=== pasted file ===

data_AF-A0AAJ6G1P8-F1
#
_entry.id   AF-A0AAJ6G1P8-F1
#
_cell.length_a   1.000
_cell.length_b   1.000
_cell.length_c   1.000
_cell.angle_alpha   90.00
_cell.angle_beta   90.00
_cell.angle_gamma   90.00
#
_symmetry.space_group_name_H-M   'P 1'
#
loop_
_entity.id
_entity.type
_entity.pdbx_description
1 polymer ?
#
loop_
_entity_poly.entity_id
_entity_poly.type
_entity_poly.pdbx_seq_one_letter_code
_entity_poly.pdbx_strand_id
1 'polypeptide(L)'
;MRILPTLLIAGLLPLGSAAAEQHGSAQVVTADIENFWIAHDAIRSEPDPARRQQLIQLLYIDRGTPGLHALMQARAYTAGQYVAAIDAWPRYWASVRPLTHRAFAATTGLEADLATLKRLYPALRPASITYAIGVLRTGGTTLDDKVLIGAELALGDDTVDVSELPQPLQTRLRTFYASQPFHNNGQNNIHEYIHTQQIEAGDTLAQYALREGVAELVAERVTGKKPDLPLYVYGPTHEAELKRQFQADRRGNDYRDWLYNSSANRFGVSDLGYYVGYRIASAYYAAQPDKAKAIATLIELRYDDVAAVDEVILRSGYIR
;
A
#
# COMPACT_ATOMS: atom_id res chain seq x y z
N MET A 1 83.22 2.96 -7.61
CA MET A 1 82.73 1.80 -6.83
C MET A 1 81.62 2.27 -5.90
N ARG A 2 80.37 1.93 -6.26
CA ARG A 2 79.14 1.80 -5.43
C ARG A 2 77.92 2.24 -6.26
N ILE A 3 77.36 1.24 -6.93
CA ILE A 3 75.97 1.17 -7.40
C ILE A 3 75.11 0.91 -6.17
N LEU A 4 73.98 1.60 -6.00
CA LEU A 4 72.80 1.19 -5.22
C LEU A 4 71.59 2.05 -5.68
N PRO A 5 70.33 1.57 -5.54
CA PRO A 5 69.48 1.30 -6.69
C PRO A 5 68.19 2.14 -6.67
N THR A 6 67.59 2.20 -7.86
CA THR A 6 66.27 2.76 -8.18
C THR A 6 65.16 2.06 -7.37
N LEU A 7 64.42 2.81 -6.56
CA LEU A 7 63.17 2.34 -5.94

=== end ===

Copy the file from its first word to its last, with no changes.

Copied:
data_AF-A0AAJ6G1P8-F1
#
_entry.id   AF-A0AAJ6G1P8-F1
#
_cell.length_a   1.000
_cell.length_b   1.000
_cell.length_c   1.000
_cell.angle_alpha   90.00
_cell.angle_beta   90.00
_cell.angle_gamma   90.00
#
_symmetry.space_group_name_H-M   'P 1'
#
loop_
_entity.id
_entity.type
_entity.pdbx_description
1 polymer ?
#
loop_
_entity_poly.entity_id
_entity_poly.type
_entity_poly.pdbx_seq_one_letter_code
_entity_poly.pdbx_strand_id
1 'polypeptide(L)'
;MRILPTLLIAGLLPLGSAAAEQHGSAQVVTADIENFWIAHDAIRSEPDPARRQQLIQLLYIDRGTPGLHALMQARAYTAGQYVAAIDAWPRYWASVRPLTHRAFAATTGLEADLATLKRLYPALRPASITYAIGVLRTGGTTLDDKVLIGAELALGDDTVDVSELPQPLQTRLRTFYASQPFHNNGQNNIHEYIHTQQIEAGDTLAQYALREGVAELVAERVTGKKPDLPLYVYGPTHEAELKRQFQADRRGNDYRDWLYNSSANRFGVSDLGYYVGYRIASAYYAAQPDKAKAIATLIELRYDDVAAVDEVILRSGYIR
;
A
#
# COMPACT_ATOMS: atom_id res chain seq x y z
N MET A 1 83.22 2.96 -7.61
CA MET A 1 82.73 1.80 -6.83
C MET A 1 81.62 2.27 -5.90
N ARG A 2 80.37 1.93 -6.26
CA ARG A 2 79.14 1.80 -5.43
C ARG A 2 77.92 2.24 -6.26
N ILE A 3 77.36 1.24 -6.93
CA ILE A 3 75.97 1.17 -7.40
C ILE A 3 75.11 0.91 -6.17
N LEU A 4 73.98 1.60 -6.00
CA LEU A 4 72.80 1.19 -5.22
C LEU A 4 71.59 2.05 -5.68
N PRO A 5 70.33 1.57 -5.54
CA PRO A 5 69.48 1.30 -6.69
C PRO A 5 68.19 2.14 -6.67
N THR A 6 67.59 2.20 -7.86
CA THR A 6 66.27 2.76 -8.18
C THR A 6 65.16 2.06 -7.37
N LEU A 7 64.42 2.81 -6.56
CA LEU A 7 63.17 2.34 -5.94